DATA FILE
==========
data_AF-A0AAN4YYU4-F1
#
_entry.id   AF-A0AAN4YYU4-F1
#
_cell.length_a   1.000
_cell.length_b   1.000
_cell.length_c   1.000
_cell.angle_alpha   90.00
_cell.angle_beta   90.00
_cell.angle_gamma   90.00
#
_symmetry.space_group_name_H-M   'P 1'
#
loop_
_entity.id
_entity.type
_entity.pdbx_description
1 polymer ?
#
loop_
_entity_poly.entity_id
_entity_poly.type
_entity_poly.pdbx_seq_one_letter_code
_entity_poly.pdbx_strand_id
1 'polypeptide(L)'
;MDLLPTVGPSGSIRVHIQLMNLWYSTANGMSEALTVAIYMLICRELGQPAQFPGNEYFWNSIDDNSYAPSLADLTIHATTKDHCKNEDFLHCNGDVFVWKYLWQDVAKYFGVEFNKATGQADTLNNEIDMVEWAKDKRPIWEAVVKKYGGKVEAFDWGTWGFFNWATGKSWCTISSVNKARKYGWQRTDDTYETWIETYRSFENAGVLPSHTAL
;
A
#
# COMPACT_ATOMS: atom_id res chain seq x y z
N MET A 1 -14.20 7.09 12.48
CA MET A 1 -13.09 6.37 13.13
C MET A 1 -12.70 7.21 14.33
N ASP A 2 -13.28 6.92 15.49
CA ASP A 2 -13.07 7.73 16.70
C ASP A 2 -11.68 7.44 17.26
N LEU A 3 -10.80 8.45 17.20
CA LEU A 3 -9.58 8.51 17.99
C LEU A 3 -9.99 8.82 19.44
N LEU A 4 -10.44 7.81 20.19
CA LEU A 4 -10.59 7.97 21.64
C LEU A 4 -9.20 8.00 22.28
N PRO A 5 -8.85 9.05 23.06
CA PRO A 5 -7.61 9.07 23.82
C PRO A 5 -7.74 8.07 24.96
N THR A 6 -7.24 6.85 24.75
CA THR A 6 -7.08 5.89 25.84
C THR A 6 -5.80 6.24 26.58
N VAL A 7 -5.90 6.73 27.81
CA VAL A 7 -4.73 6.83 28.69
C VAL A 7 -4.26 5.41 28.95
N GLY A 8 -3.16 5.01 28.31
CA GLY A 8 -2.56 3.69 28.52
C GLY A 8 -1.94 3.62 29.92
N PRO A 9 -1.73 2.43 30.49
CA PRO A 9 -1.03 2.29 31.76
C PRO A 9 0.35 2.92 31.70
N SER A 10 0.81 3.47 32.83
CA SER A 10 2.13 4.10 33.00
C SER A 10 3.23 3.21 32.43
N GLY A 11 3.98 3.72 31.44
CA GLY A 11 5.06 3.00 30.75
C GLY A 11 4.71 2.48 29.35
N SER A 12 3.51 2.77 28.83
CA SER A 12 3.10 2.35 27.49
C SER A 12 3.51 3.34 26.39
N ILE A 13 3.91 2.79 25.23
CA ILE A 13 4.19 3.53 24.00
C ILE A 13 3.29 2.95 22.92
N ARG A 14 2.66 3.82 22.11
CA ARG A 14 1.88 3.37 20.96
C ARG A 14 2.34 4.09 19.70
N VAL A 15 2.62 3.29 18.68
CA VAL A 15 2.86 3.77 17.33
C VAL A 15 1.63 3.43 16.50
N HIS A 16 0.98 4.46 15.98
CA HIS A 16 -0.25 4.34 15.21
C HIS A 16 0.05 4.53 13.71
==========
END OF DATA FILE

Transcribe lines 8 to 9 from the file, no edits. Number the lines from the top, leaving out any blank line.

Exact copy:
_cell.angle_alpha   90.00
_cell.angle_beta   90.00